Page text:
Anna Hrachovec from Mochimochi Land creates the most adorable knit ami patterns! Her first book, Knitting Mochimochi, is filled with wonderful and quirky projects. I recently made a little knit hamster from one of the patterns in the book. As soon as I finished it I wanted to make another! And another...and another...
I could have made 100 but I stopped at 6. They are fast, fun and only require a tiny bit of yarn. I'm sure I will be making more in the very near future.
I love all Danger Crafts patterns. They are adorable, easy to make and a great way to use up yarn leftover from larger projects.
I made these three monsters for a recent swap. Just as I was finishing them up, I received Danger Crafts new book, The Big Book of Knitted Monsters in the mail! I can't wait to make more little critters soon.
These were all made using Cascade 220 and size 5 needles. The red monster is a free pattern available on Ravelry!
If you know me, you know that my dogs are spoiled, especially the doxies. They are expert cuddlers and could be hired by the military to be heat seeking missiles. They love crawling inside shirts so to avoid the scratches and dog drool on my tummy that usually results from this, I made them hooded snuggle sacks for their cuddling pleasure. They LOVE them and have asked that I share this tutorial so that their wiener brethren throughout the world can also enjoy the warmth and security these sacks provide.
Cut your fabric!
2 pieces of interior and 2 pieces of exterior fabric ~11"x20" (bag)
1 piece interior and 1 piece exterior fabric ~ 16" x 8" (hood)
Fold the hood pieces in half, right sides together. With the fold at the top, draw a semi-circle in the upper right and corner. Sew along the curve and down the other side. Repeat for both hood pieces. Trim the excess corner fabric off.
Pin and sew the right sides of the two sewn hood pieces together. You'll only need to do this on the one side that has no seam. The other, still open side, will be sewn into the sack later.
Turn the hood right side out and topstitch along the edge. Set your hood aside for later.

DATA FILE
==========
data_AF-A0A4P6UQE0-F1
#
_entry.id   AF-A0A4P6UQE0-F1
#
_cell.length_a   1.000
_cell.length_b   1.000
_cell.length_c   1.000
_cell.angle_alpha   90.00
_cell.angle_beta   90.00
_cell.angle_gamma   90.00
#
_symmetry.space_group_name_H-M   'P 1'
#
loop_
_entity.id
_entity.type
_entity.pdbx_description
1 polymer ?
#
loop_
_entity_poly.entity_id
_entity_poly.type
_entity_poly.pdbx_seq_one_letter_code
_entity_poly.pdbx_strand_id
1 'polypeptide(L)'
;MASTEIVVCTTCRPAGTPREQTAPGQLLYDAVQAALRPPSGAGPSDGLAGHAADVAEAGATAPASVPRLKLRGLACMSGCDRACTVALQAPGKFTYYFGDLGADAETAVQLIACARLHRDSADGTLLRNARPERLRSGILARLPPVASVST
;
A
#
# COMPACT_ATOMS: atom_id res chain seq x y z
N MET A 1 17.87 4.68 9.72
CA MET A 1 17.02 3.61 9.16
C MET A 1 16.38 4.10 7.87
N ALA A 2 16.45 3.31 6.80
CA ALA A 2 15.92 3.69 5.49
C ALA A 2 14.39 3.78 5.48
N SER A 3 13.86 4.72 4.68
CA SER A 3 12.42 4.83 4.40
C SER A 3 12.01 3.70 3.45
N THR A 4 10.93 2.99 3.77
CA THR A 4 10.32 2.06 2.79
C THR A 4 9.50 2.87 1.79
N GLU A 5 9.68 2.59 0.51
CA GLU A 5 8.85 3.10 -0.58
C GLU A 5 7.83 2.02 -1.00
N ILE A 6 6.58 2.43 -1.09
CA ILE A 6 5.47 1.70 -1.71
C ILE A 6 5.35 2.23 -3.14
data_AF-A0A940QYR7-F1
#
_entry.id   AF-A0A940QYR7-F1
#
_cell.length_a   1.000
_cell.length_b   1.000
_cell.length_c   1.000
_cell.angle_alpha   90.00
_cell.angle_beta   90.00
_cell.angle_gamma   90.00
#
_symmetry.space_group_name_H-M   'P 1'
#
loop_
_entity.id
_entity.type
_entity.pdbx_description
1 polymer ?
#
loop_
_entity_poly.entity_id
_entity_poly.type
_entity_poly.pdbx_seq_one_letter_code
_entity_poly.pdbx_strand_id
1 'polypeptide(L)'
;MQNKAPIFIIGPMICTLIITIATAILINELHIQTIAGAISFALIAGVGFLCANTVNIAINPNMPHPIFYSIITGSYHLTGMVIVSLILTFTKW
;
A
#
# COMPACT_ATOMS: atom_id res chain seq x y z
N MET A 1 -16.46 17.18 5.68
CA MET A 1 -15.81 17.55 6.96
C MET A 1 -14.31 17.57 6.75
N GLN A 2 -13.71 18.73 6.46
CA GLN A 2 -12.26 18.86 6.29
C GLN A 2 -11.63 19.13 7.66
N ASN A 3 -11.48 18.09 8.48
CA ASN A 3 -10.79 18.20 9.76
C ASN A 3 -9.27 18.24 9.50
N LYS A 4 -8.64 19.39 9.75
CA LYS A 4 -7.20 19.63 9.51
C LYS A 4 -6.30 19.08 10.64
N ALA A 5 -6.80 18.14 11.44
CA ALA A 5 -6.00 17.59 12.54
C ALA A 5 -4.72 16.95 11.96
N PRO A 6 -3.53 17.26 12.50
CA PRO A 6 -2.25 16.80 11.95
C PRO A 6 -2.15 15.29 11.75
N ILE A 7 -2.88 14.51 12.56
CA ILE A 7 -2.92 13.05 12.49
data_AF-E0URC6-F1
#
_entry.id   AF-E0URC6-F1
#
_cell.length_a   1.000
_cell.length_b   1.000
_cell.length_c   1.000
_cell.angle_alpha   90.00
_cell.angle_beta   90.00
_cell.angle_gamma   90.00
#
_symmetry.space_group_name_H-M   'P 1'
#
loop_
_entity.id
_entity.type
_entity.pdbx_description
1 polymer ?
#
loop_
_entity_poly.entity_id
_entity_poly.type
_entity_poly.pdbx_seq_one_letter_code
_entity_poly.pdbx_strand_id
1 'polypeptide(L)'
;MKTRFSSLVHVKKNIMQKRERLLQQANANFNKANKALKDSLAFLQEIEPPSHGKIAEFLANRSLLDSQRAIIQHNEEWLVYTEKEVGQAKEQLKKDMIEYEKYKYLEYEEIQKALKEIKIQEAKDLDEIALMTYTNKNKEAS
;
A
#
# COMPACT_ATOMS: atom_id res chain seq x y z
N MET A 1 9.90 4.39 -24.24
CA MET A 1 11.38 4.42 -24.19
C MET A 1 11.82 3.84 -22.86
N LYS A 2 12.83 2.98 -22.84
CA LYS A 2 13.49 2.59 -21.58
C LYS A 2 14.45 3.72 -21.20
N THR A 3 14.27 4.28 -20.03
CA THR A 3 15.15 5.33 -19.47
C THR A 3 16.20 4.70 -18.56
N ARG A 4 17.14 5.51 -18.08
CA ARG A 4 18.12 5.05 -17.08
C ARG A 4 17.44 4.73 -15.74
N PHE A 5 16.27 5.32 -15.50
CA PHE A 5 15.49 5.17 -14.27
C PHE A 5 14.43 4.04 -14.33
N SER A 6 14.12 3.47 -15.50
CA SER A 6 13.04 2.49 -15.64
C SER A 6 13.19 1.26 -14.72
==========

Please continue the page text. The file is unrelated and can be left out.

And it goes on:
Pin and sew the right sides of your interior fabric together along the 2 long sides and one short side. Repeat this for the exterior fabric.
Open up the exterior piece (but leave it inside out) and pin the exterior side of the hood into it. Start by pinning the middle of your hood to the middle of one of the exterior pieces. You can baste this now if that's easier for you.
Turn the interior bag piece right side out and put it inside the bag too. Pin this all the way around. You'll need to kind of pull the interior bag piece past the hood piece.
Now, from outside in, you'll have your exterior piece, your hood and then interior piece all pinned together. Sew around the top leaving a 4" or 5" gap for turning. I found it's easiest to leave the hole in the front where there is no hood piece to worry about.
Turn the whole thing inside out! Pin the opening closed and top stitch around again.
Here's a shot in mid-turn. It looks weird but just keep pulling (gently)!
Now you just have to find a cute dachshund and shove them in!
I made this Polaroid camera embroidery hoop for a recent photography loving swap partner. I used this design with a few minor changes.
I tried a new technique for transferring the image that resulted in a few boo-boos that I'm not very pleased with. I traced the design onto very thin tracing paper then pinned that paper to the fabric and basically stitched over the whole thing. The idea was that when I finished, I could just rip the paper away and the stitches would remain secure on the fabric.
Unfortunately it caused some of the stitches to pull loose and also led to wonky lines where I couldn't see what I was doing under the paper, not to mention the fact that fully removing the paper was a giant pain in the a** requiring the tiniest tweezers I own.
Despite the challenges and imperfections, I'm still pleased with how the overall design came out. I think the background fabric worked well with the theme.